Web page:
HHS exchange rule allows payers to sit on boards

In a major coup for insurers, the Department of Health & Human Services (HHS) issued a proposed rule for health insurance exchanges, allowing payers to hold seats on exchange oversight boards. Also, health plans won't be required to negotiate with states on price or benefit offerings, according to Kaiser Health News

Overall, the rule defers a lot of the exchange-related decision-making to the states. Therefore, payers will be dealing with some states that exercise relatively little control over the plans while other states place strict requirements on insurers before allowing them to sell policies in their exchange, including controlling premiums, reports the Los Angeles Times.

HHS also said it will operate an exchange in any state that does not create its own. In 2013, HHS will either certify that states will be prepared to operate their own exchanges by 2014 or the agency step in to run the federal fall-back exchange. Alternatively, HHS can provide "conditional approval" for states that haven't met all of its criteria by 2013 but are still likely to be ready by 2014, according to The Hill's Healthwatch.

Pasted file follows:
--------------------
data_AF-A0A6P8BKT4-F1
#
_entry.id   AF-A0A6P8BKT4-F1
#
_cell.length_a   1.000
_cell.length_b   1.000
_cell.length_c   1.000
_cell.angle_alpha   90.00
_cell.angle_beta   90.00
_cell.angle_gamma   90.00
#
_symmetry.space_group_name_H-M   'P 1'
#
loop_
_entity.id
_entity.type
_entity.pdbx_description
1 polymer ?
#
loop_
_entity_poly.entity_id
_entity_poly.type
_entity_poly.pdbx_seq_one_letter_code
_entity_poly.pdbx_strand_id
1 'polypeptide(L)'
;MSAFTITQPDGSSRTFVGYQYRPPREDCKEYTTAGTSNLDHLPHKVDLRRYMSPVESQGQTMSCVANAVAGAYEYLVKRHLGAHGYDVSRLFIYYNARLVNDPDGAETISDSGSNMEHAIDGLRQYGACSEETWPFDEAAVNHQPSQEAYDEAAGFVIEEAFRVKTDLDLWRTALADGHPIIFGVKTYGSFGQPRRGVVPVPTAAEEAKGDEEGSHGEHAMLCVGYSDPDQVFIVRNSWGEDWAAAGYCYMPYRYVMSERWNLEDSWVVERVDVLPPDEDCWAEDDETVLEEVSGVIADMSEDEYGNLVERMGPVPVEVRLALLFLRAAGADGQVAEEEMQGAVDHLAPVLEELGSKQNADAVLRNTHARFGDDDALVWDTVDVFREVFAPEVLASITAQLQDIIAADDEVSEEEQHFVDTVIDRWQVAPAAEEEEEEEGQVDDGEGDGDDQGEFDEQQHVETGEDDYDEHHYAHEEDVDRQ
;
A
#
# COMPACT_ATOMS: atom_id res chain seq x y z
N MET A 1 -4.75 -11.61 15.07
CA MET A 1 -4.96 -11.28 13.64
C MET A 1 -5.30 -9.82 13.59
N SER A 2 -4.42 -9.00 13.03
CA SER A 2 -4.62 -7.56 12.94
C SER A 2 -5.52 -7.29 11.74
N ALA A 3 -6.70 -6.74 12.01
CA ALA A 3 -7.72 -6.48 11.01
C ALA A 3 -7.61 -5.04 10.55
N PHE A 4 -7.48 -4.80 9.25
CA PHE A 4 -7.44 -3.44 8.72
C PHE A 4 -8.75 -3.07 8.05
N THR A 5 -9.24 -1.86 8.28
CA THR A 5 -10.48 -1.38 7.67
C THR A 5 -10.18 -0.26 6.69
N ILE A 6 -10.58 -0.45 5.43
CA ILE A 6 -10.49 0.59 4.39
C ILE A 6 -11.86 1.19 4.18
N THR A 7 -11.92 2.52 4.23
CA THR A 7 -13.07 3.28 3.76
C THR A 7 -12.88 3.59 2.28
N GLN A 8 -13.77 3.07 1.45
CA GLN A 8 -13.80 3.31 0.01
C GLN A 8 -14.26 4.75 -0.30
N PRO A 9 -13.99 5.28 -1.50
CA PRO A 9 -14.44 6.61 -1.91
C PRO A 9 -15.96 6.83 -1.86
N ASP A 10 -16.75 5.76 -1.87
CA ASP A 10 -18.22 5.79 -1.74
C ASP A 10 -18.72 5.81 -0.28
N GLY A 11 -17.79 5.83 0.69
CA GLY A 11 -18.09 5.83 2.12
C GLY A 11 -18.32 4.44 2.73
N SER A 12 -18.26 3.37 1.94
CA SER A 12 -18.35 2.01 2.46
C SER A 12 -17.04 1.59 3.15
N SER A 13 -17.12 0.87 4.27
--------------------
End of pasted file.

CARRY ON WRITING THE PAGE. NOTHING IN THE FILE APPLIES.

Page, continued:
To give people time to understand the exchanges and make their choices, the initial open enrollment period will begin Oct. 1, 2013 and run through Feb. 28, 2014. At that point, insurers must be prepared to provide coverage to anyone who enrolls, notes KHN.

Comments on the proposed rule can be submitted to HHS in the next 75 days. The final rule is expected later this year.

To learn more:
- read the health insurance exchange rule (.pdf)
- see the Los Angeles Times story
- check out the Kaiser Health News article
- read The Hill's Healthwatch story

Suggested Articles

Provider groups and health systems are clamoring for HHS to provide direct assistance to cash-strapped hospitals now.

Kaiser Permanente is offering its members free access to Livongo's mental health app myStrength to help address increased stress and anxiety.

Zocdoc has added telehealth appointments to its platform in response to the spike in demand for virtual care.